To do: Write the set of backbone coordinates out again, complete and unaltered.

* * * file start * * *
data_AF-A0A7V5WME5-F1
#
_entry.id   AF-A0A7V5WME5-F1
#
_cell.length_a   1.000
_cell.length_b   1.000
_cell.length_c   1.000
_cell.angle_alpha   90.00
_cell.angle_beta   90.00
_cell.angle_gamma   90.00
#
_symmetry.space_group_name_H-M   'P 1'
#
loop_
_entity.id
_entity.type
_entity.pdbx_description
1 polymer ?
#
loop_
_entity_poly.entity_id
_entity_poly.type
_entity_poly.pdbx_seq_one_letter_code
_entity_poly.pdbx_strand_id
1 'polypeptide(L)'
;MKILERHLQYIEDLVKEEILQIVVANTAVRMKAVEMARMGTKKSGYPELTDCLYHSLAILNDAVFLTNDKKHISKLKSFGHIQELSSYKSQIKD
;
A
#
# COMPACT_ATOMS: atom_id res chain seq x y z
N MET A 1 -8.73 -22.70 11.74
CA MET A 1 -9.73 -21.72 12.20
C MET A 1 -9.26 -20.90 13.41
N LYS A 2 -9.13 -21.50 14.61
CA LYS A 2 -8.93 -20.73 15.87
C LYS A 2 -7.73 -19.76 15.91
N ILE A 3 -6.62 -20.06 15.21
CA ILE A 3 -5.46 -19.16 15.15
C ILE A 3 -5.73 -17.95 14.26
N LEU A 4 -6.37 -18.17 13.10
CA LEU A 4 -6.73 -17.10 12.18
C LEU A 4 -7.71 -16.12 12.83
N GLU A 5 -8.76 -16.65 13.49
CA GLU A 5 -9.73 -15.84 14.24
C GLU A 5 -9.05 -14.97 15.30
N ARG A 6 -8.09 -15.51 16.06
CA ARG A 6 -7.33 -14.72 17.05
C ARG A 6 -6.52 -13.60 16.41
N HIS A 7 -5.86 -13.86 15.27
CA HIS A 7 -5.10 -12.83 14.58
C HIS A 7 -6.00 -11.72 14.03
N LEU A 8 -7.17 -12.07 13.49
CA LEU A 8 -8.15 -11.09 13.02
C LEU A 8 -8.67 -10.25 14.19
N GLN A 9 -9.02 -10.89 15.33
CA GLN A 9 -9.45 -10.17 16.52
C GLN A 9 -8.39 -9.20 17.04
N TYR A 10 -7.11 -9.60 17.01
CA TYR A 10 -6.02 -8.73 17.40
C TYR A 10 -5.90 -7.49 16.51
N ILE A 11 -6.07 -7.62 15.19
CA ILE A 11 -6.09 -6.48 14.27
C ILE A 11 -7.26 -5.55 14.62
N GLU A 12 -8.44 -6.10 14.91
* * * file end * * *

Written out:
data_AF-A0A7V5WME5-F1
#
_entry.id   AF-A0A7V5WME5-F1
#
_cell.length_a   1.000
_cell.length_b   1.000
_cell.length_c   1.000
_cell.angle_alpha   90.00
_cell.angle_beta   90.00
_cell.angle_gamma   90.00
#
_symmetry.space_group_name_H-M   'P 1'
#
loop_
_entity.id
_entity.type
_entity.pdbx_description
1 polymer ?
#
loop_
_entity_poly.entity_id
_entity_poly.type
_entity_poly.pdbx_seq_one_letter_code
_entity_poly.pdbx_strand_id
1 'polypeptide(L)'
;MKILERHLQYIEDLVKEEILQIVVANTAVRMKAVEMARMGTKKSGYPELTDCLYHSLAILNDAVFLTNDKKHISKLKSFGHIQELSSYKSQIKD
;
A
#
# COMPACT_ATOMS: atom_id res chain seq x y z
N MET A 1 -8.73 -22.70 11.74
CA MET A 1 -9.73 -21.72 12.20
C MET A 1 -9.26 -20.90 13.41
N LYS A 2 -9.13 -21.50 14.61
CA LYS A 2 -8.93 -20.73 15.87
C LYS A 2 -7.73 -19.76 15.91
N ILE A 3 -6.62 -20.06 15.21
CA ILE A 3 -5.46 -19.16 15.15
C ILE A 3 -5.73 -17.95 14.26
N LEU A 4 -6.37 -18.17 13.10
CA LEU A 4 -6.73 -17.10 12.18
C LEU A 4 -7.71 -16.12 12.83
N GLU A 5 -8.76 -16.65 13.49
CA GLU A 5 -9.73 -15.84 14.24
C GLU A 5 -9.05 -14.97 15.30
N ARG A 6 -8.09 -15.51 16.06
CA ARG A 6 -7.33 -14.72 17.05
C ARG A 6 -6.52 -13.60 16.41
N HIS A 7 -5.86 -13.86 15.27
CA HIS A 7 -5.10 -12.83 14.58
C HIS A 7 -6.00 -11.72 14.03
N LEU A 8 -7.17 -12.07 13.49
CA LEU A 8 -8.15 -11.09 13.02
C LEU A 8 -8.67 -10.25 14.19
N GLN A 9 -9.02 -10.89 15.33
CA GLN A 9 -9.45 -10.17 16.52
C GLN A 9 -8.39 -9.20 17.04
N TYR A 10 -7.11 -9.60 17.01
CA TYR A 10 -6.02 -8.73 17.40
C TYR A 10 -5.90 -7.49 16.51
N ILE A 11 -6.07 -7.62 15.19
CA ILE A 11 -6.09 -6.48 14.27
C ILE A 11 -7.26 -5.55 14.62
N GLU A 12 -8.44 -6.10 14.91